Welcome to Parent Hub

First steps towards adult independence

Posted on 18 December 2017

First steps towards adult independence

Adolescence can be a fraught time for many families as their child, now young person, learns to become independent.

This is normal but the struggle to redefine the parent/child relationship can feel painful for both parties. Parents can feel their child, once happy to hold their hand, slipping through their fingers into a fog of grunts, mood swings and challenging behaviour. 

This doesn’t have to be the case. Advice from psychologists and experts in adolescent development suggest parent and child can emerge from this phase with strong foundations laid to enjoy a successful adult-to-adult relationship.  To achieve this, parents need to understand what is happening to their child in order to support their growth towards independence.  

Don’t take it personally

Teens develop physically, emotionally and mentally more at the ages of 11 to 21, than at any other time of life.  At around 12 to 13 a child starts to become aware of a larger world outside of their family, in which they will operate, one day, as an adult.  Alongside puberty, this awareness drives their efforts to be more adult like.

While parents can feel rejected by their behaviour and worn down by arguments it’s worth bearing in mind it is part of normal development.  
Your child isn’t walking away from their relationship with you but learning to have an adult relationship that is less dependent on you and in which they make more of their own decisions. 


Help your child take control

Here are five approaches, tried and tested by parents, to help smooth your child’s transition from parent-control to self-control:
 

1. Get on the same page

 It’s important to develop a shared understanding of what is happening to provide a context for those discussions that will inevitably arise down the line around specific behaviour or events.  

Start by explaining to your teen what it means to be independent in a way that convinces them they actually want to reach that state. Explain it means taking responsibility for things and doing them by themselves and that this will make them a stronger person in the long term. 

2. Help them master a sense of competence

 No child can function as an independent adult until they have mastered basic life skills such as doing the washing, cooking, tidying away, managing finances and travelling by themselves.  Parents can expect a child to take responsibility for developing these life skills in an age appropriate way from the age of ten. 

It’s not enough for your child to simply master skills they must also develop a sense of responsibility and accountability.  As parents we can develop these by rewarding responsible behaviour with increased freedom, holding our children to account for any bad choices they make and requiring them to earn what they desire rather than being handed it on a plate.  Sometimes it takes nerves of steel not to jump in and rescue our children from situations they have got themselves into but it’s the only way they will learn to deal with problems head on.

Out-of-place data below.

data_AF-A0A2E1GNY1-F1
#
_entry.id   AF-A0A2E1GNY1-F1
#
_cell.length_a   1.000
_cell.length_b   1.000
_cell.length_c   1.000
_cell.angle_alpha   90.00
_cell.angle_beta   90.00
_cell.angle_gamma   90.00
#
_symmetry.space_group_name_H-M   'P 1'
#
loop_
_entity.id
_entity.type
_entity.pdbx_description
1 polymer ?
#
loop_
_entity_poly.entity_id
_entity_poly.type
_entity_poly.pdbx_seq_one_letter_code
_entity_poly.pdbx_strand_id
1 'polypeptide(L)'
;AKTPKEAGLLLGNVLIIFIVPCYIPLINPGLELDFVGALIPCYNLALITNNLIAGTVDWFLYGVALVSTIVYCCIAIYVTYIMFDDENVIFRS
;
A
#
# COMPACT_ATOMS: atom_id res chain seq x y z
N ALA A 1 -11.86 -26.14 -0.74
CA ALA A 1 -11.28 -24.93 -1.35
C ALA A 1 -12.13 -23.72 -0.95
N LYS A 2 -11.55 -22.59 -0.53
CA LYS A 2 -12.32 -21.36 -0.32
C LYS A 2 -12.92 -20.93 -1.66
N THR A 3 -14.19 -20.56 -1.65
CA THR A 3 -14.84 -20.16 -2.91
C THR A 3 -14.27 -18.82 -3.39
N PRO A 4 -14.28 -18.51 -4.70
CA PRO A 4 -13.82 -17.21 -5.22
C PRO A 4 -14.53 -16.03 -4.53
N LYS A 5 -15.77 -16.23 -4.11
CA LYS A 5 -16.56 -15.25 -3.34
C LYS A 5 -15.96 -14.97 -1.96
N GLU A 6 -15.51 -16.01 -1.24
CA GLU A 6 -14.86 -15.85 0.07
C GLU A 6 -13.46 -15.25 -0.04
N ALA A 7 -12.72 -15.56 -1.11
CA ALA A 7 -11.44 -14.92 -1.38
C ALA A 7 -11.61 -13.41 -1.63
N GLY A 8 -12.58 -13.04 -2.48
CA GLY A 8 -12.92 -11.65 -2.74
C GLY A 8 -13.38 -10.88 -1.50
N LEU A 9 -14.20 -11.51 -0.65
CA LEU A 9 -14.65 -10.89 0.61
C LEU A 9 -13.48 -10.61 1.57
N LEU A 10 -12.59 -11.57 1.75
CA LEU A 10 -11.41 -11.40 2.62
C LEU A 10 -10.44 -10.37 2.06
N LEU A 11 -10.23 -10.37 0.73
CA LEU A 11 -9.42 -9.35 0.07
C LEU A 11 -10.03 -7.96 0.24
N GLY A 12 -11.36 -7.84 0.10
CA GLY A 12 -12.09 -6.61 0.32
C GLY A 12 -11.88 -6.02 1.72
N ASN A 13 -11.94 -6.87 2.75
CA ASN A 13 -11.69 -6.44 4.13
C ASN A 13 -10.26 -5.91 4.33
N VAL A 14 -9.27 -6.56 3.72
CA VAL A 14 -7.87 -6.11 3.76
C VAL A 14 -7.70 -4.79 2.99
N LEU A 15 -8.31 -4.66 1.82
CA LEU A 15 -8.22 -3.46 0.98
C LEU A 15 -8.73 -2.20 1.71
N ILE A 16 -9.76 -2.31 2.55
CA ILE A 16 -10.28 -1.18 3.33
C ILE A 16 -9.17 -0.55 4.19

3. Help them develop a strong self-identity

Until now your child’s identity was an extension of yours, during adolescence they begin to recognise their uniqueness, work out what separates them from their parents, what it means to be them and what are their longer term life-goals.    
Just as nursery provided a safe setting for your younger child to develop social skills, test boundaries and understand how to fit in, so does their peer group during adolescence.  Learn to value your child’s friends.  While at times it can feel your child is putting them before family, they are in fact learning how to love and be loved by people outside of their immediate family.   Friends provide emotional support as your child learns to be less emotionally dependent on you.  They are better able to understand what your child is going through and relate to their needs as they are going through the same thing.

4. Give them privacy

Privacy enables adults to feel respected, competent and in control. However well-intentioned, any snooping, be that tracking where your child is on your mobile device, checking messages on their devices or eves dropping on conversations erodes trust and will undermine parent-teen relations.  
The golden rule remains, not to snoop unless you have good reason to believe there is a serious problem, like self-harm or drug abuse.  Teens are more inclined to share personal information with parents who support rather than undermine their sense of privacy.  

5. Treat your teen as you wish them to treat you

Model the behavior you would like to receive from them.  The tone of voice and words a parent uses in conversation will shape the response they receive.  While some choices teens make may make parents wince, unless they are harmful to themselves or other people it’s best to remain non-judgmental. In doing so you will leave the door of communication open to explore the choices they made, away from the event, in a manner that isn’t taken as an attack on their newly emerging personal identify


Above all remember your teenager is not yet independent but learning to be independent.  They still need you and your parenting even though this may look and feel very different to the parenting they received as a child.